There are a number of simple solutions to the problem.

First and foremost, teach the real thing that works.

Most of the skills in these arts take a lot of time and effort to train and develop. They are not quickly or easily attained.

Even when teaching folks correctly only a handful will get to the real intermediate or advanced material because most folks simply won’t put in the time and work required.

Another way to do this is for potential students to take some responsibility. Vet the teacher thoroughly.

1. Do they have something of value to teach you?

2. Will make you noticeably healthier, stronger, better able to defend yourself and will work for you in old age as well or better than you can now?

3. Can the teacher do something that you would like to be able to do?

– Ask them how long and how much time it will take for you to be able to perform the skill. The best answer will tell you how long on average it takes for a student of theirs to learn it and specifically how much it will cost you to learn it. If it is a skill that is gained over a long time of training then ask for benchmarks that you can use to really gauge progress.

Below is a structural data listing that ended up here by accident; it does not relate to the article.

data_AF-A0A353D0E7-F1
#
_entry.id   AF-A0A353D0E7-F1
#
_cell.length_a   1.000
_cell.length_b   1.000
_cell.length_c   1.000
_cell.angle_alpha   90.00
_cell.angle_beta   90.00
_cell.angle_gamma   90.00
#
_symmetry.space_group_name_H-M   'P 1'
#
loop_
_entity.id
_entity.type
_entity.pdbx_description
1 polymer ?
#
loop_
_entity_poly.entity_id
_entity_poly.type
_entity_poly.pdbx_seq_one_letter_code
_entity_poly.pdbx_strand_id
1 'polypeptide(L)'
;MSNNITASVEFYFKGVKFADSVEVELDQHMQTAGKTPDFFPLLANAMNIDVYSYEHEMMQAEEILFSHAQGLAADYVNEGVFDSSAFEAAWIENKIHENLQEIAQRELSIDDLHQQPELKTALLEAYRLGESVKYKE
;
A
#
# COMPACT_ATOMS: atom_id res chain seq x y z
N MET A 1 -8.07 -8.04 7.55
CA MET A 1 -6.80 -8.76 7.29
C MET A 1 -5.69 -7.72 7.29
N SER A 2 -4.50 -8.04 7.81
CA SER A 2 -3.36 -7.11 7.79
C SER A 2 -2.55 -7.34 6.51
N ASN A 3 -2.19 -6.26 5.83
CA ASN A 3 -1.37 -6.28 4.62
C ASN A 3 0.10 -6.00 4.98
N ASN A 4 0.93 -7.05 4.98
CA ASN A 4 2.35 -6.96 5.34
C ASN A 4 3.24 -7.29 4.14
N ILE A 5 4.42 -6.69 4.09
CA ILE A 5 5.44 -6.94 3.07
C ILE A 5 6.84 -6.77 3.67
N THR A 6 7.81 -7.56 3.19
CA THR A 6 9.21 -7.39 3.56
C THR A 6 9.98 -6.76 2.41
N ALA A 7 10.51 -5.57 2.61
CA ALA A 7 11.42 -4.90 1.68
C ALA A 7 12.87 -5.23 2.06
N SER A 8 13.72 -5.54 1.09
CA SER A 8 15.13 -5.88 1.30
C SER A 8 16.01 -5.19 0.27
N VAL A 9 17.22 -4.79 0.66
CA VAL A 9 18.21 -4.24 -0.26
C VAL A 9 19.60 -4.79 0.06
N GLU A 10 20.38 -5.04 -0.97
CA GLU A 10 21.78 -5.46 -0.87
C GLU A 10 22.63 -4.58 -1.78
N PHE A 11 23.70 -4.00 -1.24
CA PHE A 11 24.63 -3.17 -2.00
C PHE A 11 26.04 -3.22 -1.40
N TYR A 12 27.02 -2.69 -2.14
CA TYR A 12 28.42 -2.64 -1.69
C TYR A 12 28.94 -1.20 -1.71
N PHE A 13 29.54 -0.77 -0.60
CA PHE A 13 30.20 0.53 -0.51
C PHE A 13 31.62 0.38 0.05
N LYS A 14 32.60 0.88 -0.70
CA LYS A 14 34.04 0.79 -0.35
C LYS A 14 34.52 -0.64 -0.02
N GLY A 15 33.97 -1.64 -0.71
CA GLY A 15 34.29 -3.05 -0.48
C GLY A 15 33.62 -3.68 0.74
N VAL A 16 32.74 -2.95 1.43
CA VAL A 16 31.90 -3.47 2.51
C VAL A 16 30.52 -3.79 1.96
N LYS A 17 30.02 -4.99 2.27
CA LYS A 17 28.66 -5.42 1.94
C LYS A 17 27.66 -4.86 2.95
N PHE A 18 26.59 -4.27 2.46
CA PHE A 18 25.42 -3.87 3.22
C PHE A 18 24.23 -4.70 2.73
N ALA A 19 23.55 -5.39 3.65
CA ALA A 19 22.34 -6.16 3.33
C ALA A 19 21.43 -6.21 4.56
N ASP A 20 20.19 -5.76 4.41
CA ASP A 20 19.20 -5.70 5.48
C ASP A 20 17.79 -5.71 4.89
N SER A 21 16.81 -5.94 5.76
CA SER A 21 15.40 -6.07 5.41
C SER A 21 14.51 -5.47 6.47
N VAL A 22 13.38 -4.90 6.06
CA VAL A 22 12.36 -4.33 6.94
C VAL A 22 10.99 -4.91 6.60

If the teacher is vague or evasive with their answers or simply seems completely unable or unwilling to answer the questions then BEWARE!

Pay close attention so that you can reasonably pick up the difference between con-man tactics and someone who simply has not considered teaching their art with these benchmarks in mind. Remember that it is them who are selling and you who “MAY or MAY NOT” be buying.

4. Does the average student that has been with them for 6 months to a couple of years have some ability with these skills that makes it obvious that the skills are actually being taught?

– Ask to visit a class and speak with students who have been attending for 6 months to 2 years. Talking to folks who are indoor disciples doesn’t cut it because they may be getting the goods but it is not guarantee that you ever will.

5. If and when appropriate and if it is a skill that pertains to body quality or self defense ask to try out a class and feel / experience the teacher or one or more of his senior students. IMHO, you should really feel & experience the teacher or senior students of theirs if they are making some fairly lofty claims and you cannot figure out from looking if they are skilled enough to really increase your current abilities.

Of course it’s hard to go check someone out first hand and feel what they have when you live halfway across the country or on the other side of the world.

That’s what’s so great about todays world of Youtube and DVDs.

You can check someone out on Youtube, you can try some of their DVDs. Sometimes you can even chat with them by email.

It makes it much easier to get a feel for what a teacher has and will teach before you put in all the time, effort and money to work with them live.

If you’re curious about what you can learn from me, go check out the Internal Combat Arts Course:

You’ll learn a bunch of fun stuff and it will give you a really good idea of whether our programs our a good fit for you.

Best Wishes,
Richard Clear